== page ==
U.N.-Iraq talks fail to produce agreement on return of inspectors
After two days of talks, the United Nations said Friday it had failed to convince Baghdad to allow the return of U.N. weapons inspectors. Diplomats from both sides agreed, however, to continue talks in Europe in the coming months.
U.N. Secretary-General Kofi Annan said that the Iraqis needed to consult with officials in Baghdad and no date was set for the next round.
"There has been some movement, but obviously not enough," Annan said Friday. "The Iraqis didn't say yes" to a return of UN weapons inspectors, he added after talks with Iraq's Foreign Minister Naji Sabri. "The Iraqi delegation has to report back but the technical talks will continue," Annan stated.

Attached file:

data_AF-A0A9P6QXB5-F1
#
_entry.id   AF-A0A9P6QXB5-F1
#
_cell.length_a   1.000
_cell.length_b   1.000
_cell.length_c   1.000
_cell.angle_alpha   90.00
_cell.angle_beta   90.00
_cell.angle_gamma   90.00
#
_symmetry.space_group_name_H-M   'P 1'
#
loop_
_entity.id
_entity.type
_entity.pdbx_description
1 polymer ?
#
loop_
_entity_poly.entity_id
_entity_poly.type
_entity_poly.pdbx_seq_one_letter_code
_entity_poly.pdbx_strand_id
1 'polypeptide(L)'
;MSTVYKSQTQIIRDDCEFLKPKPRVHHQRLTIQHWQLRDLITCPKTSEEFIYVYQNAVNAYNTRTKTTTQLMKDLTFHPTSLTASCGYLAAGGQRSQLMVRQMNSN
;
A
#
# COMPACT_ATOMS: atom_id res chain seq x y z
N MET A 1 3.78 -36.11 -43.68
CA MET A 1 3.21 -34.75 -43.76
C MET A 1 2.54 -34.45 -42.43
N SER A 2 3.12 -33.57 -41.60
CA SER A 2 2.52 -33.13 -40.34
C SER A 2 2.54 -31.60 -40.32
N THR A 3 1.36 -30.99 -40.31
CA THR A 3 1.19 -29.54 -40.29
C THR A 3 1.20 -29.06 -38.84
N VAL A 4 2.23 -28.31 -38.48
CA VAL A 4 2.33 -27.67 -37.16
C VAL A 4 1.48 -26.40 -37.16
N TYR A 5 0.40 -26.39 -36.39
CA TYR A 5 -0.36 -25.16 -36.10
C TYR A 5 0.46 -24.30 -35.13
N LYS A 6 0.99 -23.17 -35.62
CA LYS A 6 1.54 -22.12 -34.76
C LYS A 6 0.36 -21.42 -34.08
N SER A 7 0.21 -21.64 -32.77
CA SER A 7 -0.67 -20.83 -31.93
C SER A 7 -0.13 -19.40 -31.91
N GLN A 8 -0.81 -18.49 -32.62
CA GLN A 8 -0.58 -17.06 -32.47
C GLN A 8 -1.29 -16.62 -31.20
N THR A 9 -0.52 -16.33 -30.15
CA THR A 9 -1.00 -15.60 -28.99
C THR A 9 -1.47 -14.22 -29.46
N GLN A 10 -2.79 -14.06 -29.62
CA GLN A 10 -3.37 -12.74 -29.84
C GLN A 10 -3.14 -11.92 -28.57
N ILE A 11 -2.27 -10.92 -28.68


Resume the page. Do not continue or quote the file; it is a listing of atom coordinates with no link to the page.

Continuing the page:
The unsuccessful session came after U.N. and Iraqi technical experts discussed the details of the return of inspectors should there have been an agreement.
Sabri said the talks would continue on a technical basis and called the two days of negotiations "constructive." "We agreed to continue contact on technical matters," he said. "There are a lot of issues involved."
Sabri, meanwhile, dismissed an article in Friday's New York Times which said the Bush Administration had drawn up plans for an attack. "This was not a factor in our discussions," Sabri commented according to AP. "We heard a lot of rubbish about these plans. These are wishes entertained by old colonialists and evil people."
The U.S. newspaper reported that a top secret US military document outlines a massive, three-pronged attack on Iraq by land, sea and air with as many as 250,000 troops and hundreds of warplanes, described as a preliminary "concept" for a war. (Albawaba.com)
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